Disclosure: I am not an Emma scholar. I have read the book only once. Even though some of Jane Austen’s best lines are in Emma,* I have a hard time liking a heroine who cannot understand, no less accept, the opinions of others. (Even Jane Austen anticipated my reaction.) However, I have seen the various adaptations, and I am particularly fond of the Emma with Jeremy Northam as Mr. Knightley (mostly because of Jeremy Northam), and Gwyneth Paltrow did a great job of capturing Emma’s evolution from a self-centered, meddling young woman to a more fully realized person who is capable of recognizing her own shortcomings.
When the theme of “Travels” was chosen for August by Austen Variations, the first thing that popped into my head was not Elizabeth Bennet touring Derbyshire or Anne Elliot going to Lyme or Catherine Morland visiting Bath. Instead, it was Emma Woodhouse not going anywhere! She had the money, the carriages, the time–definitely the time. Then why doesn’t she travel? The reason is simple: Emma will not do anything that would distress her father, and it seems that almost everything, from eating cake to a sneezing child, distresses Mr. Woodhouse. Even though his older daughter Isabella lives in London, he never visits. If his daughter and son-in-law want to see him, it is incumbent upon Isabella and John Knightley to come to Highbury:
Mr. Woodhouse: “Ah! my poor dear child, the truth is, that in London it is always a sickly season. Nobody is healthy in London, nobody can be. It is a dreadful thing to have you forced to live there! so far off!– and the air so bad!”
John Knightley: “No, indeed—we are not at all in a bad air. Our part of London is very superior to most others! You must not confound us with London in general, my dear sir. The neighbourhood of Brunswick Square is very different from almost all the rest. I should be unwilling, I own, to live in any other part of the town. There is hardly any other that I could be satisfied to have my children in: but we are so remarkably airy!”
Mr. Woodhouse: “Ah! It is not like Hartfield. You make the best of it—but after you have been a week at Hartfield, you are all of you different creatures; you do not look the same. Now I cannot say, that I think you are any of you looking well at present.”
That in a nutshell is why Emma never leaves Highbury. Her father, whom she adores, would not survive the journey from Hartfield to the county line—or so he believes.
Throughout the book, people are constantly on the move. In addition to the John Knightleys, Frank Churchill tells Emma that he must go to London “to get a haircut.” (I assume the person cutting his hair is Jane Fairfax.)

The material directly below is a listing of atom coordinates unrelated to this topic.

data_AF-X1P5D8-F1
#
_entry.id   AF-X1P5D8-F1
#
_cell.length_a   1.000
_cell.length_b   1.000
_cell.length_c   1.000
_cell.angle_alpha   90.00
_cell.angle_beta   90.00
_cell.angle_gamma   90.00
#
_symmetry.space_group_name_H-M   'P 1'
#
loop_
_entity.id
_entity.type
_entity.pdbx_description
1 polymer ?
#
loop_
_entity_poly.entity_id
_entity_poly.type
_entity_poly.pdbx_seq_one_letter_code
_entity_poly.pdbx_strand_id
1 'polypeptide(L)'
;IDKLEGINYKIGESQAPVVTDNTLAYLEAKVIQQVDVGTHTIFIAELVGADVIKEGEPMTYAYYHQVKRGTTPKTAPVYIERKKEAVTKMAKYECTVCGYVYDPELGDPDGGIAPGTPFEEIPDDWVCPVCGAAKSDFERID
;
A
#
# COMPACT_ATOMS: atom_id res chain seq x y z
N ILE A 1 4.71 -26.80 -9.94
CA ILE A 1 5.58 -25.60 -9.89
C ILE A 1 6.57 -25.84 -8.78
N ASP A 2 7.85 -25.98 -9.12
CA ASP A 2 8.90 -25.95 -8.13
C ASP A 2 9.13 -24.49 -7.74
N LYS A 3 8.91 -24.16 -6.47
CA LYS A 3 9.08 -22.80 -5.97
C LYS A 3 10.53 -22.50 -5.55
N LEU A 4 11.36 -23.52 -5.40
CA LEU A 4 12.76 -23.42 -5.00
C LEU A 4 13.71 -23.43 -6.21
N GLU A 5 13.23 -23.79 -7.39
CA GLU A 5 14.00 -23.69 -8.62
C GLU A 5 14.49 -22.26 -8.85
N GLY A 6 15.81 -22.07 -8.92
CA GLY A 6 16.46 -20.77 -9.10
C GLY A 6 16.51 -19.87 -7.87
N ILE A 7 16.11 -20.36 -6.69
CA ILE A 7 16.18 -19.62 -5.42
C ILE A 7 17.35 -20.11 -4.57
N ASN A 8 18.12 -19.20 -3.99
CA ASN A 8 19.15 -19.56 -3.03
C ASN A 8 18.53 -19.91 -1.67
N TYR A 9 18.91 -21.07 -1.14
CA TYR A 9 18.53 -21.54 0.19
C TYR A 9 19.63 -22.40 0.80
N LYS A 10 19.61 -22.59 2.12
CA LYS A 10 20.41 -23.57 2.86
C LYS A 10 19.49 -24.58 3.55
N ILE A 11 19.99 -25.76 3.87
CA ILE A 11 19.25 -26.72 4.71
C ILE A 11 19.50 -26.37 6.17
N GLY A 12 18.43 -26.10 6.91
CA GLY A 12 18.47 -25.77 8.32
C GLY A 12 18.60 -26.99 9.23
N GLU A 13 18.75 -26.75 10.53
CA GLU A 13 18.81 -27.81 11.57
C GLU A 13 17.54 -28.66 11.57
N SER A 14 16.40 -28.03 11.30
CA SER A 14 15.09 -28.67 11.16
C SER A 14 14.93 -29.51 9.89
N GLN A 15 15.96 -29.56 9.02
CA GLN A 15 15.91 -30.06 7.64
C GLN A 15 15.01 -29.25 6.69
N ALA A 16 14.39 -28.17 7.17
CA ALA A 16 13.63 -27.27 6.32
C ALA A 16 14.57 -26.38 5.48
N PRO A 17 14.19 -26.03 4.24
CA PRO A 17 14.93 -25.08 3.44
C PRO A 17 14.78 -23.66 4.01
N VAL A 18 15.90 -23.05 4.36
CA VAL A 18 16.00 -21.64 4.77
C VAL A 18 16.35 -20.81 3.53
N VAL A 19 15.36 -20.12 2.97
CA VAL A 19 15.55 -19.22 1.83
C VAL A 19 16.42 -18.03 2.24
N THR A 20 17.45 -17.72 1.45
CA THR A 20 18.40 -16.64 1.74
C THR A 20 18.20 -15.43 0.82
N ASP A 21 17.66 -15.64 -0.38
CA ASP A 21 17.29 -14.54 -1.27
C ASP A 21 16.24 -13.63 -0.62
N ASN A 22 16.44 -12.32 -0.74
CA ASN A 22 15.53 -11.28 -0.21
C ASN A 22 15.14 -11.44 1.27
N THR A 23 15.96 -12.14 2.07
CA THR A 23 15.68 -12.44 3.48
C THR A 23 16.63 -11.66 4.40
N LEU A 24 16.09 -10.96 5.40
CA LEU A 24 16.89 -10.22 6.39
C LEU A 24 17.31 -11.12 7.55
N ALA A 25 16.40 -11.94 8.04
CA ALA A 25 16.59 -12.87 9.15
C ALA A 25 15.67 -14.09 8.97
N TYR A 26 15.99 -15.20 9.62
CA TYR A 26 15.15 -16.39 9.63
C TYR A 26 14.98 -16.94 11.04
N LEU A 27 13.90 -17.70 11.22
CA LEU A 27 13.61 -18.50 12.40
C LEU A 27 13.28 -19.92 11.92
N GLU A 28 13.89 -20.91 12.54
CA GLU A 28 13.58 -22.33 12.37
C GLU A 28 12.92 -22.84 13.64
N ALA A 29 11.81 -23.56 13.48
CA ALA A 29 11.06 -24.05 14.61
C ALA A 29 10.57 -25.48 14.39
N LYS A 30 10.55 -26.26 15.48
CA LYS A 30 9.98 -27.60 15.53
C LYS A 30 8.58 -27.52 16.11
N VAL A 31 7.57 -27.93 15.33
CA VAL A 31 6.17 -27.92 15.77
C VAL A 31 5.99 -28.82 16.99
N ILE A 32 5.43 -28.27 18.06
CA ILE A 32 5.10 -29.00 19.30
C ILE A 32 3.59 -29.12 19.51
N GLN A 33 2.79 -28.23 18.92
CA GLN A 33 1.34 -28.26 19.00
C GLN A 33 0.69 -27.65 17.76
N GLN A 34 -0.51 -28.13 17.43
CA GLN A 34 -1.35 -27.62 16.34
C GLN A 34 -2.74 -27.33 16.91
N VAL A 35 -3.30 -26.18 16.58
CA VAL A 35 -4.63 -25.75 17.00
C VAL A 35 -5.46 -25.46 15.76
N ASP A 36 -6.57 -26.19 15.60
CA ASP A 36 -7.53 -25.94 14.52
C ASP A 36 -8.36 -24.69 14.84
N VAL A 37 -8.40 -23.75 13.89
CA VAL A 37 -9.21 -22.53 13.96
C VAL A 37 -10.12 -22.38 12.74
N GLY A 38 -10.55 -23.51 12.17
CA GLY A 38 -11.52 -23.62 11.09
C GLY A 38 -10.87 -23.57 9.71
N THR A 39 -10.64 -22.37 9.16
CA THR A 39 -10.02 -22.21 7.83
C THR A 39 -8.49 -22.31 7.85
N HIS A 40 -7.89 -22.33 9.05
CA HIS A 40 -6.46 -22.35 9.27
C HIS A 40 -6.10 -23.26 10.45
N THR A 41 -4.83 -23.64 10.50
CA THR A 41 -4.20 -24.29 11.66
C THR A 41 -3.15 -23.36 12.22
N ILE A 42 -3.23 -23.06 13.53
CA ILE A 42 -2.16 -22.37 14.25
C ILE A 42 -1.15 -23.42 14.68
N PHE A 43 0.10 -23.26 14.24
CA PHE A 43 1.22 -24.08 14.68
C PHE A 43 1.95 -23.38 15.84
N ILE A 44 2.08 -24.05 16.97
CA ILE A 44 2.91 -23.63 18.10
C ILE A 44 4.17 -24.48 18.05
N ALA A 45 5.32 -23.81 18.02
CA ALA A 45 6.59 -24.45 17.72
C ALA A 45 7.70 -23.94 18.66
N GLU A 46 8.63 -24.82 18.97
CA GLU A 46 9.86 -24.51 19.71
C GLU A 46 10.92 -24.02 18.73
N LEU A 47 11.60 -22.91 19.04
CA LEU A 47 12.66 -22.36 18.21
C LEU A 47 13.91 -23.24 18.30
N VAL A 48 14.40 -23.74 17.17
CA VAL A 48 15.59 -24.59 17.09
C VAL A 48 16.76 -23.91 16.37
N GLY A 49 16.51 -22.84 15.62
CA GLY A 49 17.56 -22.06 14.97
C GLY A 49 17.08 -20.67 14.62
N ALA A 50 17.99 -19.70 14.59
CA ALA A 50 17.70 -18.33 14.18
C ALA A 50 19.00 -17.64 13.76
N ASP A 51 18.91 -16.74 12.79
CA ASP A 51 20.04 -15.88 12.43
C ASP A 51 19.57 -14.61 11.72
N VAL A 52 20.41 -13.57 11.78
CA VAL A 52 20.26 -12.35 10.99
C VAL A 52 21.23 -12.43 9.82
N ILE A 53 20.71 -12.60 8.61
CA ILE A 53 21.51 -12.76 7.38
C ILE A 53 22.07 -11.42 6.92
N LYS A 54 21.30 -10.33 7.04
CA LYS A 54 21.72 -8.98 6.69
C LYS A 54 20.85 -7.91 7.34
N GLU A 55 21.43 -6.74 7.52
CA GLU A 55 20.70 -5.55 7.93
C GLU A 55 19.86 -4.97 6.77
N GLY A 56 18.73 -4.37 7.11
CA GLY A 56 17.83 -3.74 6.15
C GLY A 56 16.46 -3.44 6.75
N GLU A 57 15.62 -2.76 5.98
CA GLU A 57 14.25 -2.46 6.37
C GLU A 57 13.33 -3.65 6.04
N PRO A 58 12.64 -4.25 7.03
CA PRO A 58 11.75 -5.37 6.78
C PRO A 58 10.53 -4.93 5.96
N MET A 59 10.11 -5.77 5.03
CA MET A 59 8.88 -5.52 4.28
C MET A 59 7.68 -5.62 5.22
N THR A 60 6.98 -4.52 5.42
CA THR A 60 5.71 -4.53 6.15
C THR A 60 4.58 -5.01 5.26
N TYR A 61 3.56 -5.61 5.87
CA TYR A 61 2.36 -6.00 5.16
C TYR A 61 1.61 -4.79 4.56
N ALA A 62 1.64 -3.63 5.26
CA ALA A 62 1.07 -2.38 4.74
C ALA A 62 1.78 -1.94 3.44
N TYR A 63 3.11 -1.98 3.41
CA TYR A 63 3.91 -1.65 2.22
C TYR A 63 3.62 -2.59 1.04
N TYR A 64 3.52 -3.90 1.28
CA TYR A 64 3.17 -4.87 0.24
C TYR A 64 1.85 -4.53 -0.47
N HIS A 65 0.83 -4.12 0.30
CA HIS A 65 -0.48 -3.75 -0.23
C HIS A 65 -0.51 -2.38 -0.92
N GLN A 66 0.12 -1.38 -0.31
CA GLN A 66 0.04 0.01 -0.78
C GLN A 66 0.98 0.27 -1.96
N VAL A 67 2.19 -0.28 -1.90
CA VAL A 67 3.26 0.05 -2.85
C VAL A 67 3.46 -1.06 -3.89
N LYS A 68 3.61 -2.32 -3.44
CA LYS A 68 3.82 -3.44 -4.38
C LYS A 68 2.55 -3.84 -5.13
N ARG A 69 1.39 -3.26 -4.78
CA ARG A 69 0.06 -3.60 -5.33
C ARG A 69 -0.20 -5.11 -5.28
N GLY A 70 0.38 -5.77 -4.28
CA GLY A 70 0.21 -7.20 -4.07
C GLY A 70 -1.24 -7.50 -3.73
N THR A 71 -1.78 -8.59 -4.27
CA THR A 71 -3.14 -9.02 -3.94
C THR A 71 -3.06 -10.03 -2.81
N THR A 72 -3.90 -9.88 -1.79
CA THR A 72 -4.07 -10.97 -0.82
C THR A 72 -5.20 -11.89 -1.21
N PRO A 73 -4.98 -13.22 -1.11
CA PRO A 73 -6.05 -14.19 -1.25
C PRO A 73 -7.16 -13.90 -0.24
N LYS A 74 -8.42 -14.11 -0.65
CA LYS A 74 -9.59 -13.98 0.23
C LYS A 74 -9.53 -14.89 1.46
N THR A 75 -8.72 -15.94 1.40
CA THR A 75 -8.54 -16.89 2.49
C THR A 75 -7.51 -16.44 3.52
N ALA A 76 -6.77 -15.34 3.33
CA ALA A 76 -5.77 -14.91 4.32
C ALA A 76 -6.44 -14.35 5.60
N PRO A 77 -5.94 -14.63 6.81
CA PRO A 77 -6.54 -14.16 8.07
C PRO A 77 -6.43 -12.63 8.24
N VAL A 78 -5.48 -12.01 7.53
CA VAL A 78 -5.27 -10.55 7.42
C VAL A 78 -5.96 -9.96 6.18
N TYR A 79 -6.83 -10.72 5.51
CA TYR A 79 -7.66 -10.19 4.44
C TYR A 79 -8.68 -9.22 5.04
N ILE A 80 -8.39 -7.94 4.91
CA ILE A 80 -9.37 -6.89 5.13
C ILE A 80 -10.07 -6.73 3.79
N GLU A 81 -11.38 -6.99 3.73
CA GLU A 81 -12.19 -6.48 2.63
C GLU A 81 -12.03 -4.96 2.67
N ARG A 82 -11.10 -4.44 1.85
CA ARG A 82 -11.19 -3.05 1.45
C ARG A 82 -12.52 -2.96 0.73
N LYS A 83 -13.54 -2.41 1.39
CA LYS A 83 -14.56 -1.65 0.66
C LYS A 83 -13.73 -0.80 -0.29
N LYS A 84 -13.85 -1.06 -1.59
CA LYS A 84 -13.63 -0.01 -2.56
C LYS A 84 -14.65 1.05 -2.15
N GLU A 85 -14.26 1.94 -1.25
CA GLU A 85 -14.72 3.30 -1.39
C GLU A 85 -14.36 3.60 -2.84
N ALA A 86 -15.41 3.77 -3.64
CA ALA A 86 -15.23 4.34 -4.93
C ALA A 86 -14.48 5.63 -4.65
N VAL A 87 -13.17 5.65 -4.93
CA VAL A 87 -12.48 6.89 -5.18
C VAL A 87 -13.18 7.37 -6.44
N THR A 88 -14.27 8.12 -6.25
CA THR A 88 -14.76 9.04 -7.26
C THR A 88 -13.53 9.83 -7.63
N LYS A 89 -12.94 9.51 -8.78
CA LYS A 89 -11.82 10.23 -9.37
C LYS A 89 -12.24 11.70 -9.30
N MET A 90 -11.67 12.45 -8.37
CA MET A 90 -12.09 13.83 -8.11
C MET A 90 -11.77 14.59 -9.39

Mrs. Elton insists that a visit to Bath would make all the difference in Mr. Woodhouse’s health, but Emma refuses to consider the idea: “‘My father tried it more than once, formerly; but without receiving any benefit; and Mr. Perry, whose name, I dare say, is not unknown to you, does not conceive it would be at all more likely to be useful now…,’ their going to Bath was quite out of the question; and Emma was not perfectly convinced that the place might suit her better than her father.”
There will be no Bath for Emma because her father would never consent to go.
When the odious Mrs. Elton insists that Surrey is the garden of England, Emma’s response that many counties lay claim to the title is weakened by the fact that she hasn’t seen any of these other counties. Having silenced Emma, Mrs. Elton presses her advantage: “When people come into a beautiful country of this sort [i.e., Surrey], you know, Miss Woodhouse, one naturally wishes them to see as much as possible… You have many parties of that kind here, I suppose, Miss Woodhouse, every summer?”
“No; not immediately here. We are rather out of distance of the very striking beauties which attract the sort of parties you speak of; and we are a very quiet set of people, I believe; more disposed to stay at home than engage in schemes of pleasure.”
This is a rather sad situation for a woman in her early twenties. As a result of her father’s limitations, Emma’s world consists of Hartfield and Highbury. Is it any wonder that she finds amusement in meddling in the affairs of others? Mr. Knightley, understanding the limitations placed on Emma by her father’s hypochondria, gently teases that he knows how she loves “news,” aka, gossip. Of course she does! Although she is financially well off and belongs to the landed gentry, her world is smaller than that of Jane Fairfax.
I believe Emma does wish to get beyond the confines of Highbury, but even a proposed honeymoon trip to the seashore, upsets her father, and by the time Emma becomes Mrs. Knightley, it appears that, as long as her father is alive, Hartfield and Highbury it is.
By placing her father’s well-being above her own, Emma becomes a sympathetic character, and Mr. Knightley a saint, as he has agreed to make Hartfield his home as long as Mr. Woodhouse lives. Let us hope that once Mr. Woodhouse goes on to his reward that the pair will be able to travel or, at the very least, eat a piece of cake!
So, what do you think? Will Emma get to see her sister in London and visit the seashore? Is it necessary for her happiness and Knightley’s sanity? I would love to hear from you.
*One of my favorite Emma quotes: “Never mind, Harriet, I shall not be a poor old maid; and it is poverty only which makes celibacy contemptible.”